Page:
Enter decentralized clinical trials (DCTs).
In ObvioHealth’s experience conducting women’s health studies, we’ve found that decentralization and strategic study design provide an effective avenue for overcoming common barriers in women’s health research.
Read on to explore how we used decentralized modules to improve recruitment, engagement, retention, and data accuracy in a recent women’s health study: The first fully virtual clinical trial conducted in the urogynecology space, designed to test the efficacy of Renovia, Inc.’s leva® digital therapeutic.
For participants in general, clinical trials can be time-consuming and burdensome. They also provide no guaranteed positive outcomes. These challenges—in addition to women’s tendency to prioritize the health of others—disproportionately deter women from participating, according to a literature review conducted by the National Institutes of Health’s Office of Research on Women’s Health. Difficulties with recruiting women overall then translate into difficulties recruiting a representative and diverse population of qualified female participants.
But, the challenges don’t stop there. According to Robin Sutherland, Renovia’s Vice President of Human Resources and Clinical Operations, the onset of the COVID-19 pandemic presented additional barriers to recruiting this cohort.
“While urinary incontinence will hit about 50% of women, it especially starts to hit over the age of 50, and we knew those women were going to be more conversative about taking care of themselves during COVID,” Sutherland shared in a SCOPE Summit 2022 session, DCTs & Devices: Lessons Learned From a Women's Health Med Device Trial.
ObvioHealth responded to these hurdles with a strategic study design: A fully virtual clinical trial. This fully virtual design allowed for the enrollment of participants who would otherwise be unwilling or unable to travel to clinical sites, especially during a pandemic. The deployment of a digital recruitment campaign using social media targeting and digital advertising assets also enabled faster and more inclusive recruitment. 350 patients were enrolled in the study in just fourteen weeks; of those participants, 22% were women aged 65 or older, and 20% identified as Black, First Nations, or Hispanic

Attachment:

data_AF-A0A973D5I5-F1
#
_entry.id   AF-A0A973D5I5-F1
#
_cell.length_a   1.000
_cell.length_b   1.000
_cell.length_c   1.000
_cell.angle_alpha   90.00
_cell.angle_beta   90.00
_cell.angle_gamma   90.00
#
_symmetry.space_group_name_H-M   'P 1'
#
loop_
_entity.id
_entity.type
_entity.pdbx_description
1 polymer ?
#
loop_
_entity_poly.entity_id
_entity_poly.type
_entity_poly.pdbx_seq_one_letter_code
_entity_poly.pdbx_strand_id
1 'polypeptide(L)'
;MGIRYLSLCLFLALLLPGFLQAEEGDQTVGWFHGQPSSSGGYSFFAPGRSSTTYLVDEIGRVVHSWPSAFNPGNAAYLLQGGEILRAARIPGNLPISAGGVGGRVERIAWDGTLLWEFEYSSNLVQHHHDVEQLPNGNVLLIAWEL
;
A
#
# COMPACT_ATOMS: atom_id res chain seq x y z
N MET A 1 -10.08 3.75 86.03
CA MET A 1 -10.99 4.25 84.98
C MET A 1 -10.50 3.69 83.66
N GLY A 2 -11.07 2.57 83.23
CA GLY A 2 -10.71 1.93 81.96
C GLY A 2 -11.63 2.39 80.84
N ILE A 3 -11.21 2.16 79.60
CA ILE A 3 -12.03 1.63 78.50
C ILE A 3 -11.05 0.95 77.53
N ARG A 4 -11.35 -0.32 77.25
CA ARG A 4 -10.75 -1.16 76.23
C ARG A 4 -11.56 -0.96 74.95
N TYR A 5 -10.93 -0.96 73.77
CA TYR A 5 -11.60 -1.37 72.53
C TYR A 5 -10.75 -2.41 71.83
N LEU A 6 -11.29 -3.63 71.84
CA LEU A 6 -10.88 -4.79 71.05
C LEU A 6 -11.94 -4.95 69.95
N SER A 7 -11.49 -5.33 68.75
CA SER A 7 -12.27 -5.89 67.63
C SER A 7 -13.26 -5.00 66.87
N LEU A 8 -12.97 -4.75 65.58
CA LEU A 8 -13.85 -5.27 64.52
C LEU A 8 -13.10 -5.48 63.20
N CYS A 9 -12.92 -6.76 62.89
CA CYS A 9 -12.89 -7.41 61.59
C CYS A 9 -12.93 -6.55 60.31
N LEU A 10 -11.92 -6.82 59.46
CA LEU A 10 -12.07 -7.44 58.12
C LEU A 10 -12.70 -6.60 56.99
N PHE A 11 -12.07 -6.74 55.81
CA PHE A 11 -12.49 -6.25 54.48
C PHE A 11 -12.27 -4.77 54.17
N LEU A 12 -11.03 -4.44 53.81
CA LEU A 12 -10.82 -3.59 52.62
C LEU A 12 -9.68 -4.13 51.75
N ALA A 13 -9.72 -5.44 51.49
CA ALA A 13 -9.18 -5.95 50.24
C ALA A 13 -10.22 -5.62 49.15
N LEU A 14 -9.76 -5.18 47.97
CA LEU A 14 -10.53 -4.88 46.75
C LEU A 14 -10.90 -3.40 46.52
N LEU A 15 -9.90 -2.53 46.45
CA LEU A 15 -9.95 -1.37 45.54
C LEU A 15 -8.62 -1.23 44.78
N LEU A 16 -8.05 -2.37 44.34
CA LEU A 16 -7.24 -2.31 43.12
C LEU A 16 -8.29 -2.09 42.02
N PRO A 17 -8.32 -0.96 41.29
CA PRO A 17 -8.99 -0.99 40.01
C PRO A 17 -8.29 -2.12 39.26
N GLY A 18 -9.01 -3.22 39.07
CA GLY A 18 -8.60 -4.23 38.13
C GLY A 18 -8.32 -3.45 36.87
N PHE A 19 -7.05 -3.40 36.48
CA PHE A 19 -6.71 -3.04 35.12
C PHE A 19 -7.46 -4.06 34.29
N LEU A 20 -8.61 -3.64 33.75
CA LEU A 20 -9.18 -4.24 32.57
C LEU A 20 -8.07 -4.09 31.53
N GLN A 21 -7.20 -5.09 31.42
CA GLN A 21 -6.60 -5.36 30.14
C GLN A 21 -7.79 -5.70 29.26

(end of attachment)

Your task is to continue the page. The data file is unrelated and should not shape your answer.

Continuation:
Our virtual site team—the Clinical Oversight and Coordination Hub (COACH) team—was also readily accessible to patients throughout the trial, from pre-screening through to the study’s conclusion. The COACH team’s reliable support resulted in a retention rate of 89%.
Despite efforts to overcome the stigmas associated with women’s health concerns, the fact remains that many women still feel uncomfortable discussing intimate health topics both inside and outside a clinical environment.
This is especially true for women experiencing urinary incontinence. (A 2011 study found that urinary incontinence leads to more shame and embarrassment than cancer or even depression.)
The trial for the leva® device required participants in the experimental group to insert a probe vaginally. ObvioHealth’s COACH team also instructed the control group in a series of pelvic floor exercises, the current standard of care for urinary incontinence. Because of the virtual nature of the Renovia trial, participants were able to do this in the comfort of their own homes. Training was performed via phone call as opposed to video call to allow for more privacy and discretion.
When participants are required to track symptoms such as incontinence or hot flashes, which can occur frequently throughout the day, accurately reporting the duration or frequency of these events can be a challenge. This is particularly true for busy women, Renovia’s target population for its urinary incontinence study.
ObvioHealth’s solution was to collect data in real time, using a simple electronic patient-reported outcomes (ePRO) process. Using a smartphone app, participants reported their trips to the bathroom and episodes of incontinence with the simple touch of a button. To ensure participant compliance, internal programming notified ObvioHealth’s COACH team when a patients’s symptom reporting faltered. A member of the COACH team would then reach out to the participant, addressing any concerns and steering them back to accurate and timely reporting.
Clinical trials in women’s health can pose significant challenges to teams and sponsors alike, including recruitment, retention, and patient-reported data collection. However, sponsors can partner with an experienced CRO to address these challenges through effective DCT study design and implementation. As evidenced in our work with Renovia, we partner with sponsors to develop tailor-made DCTs that facilitate enrollment, participant comfort, and accurate data collection--driving improved quality, engagement, compliance, and outcomes.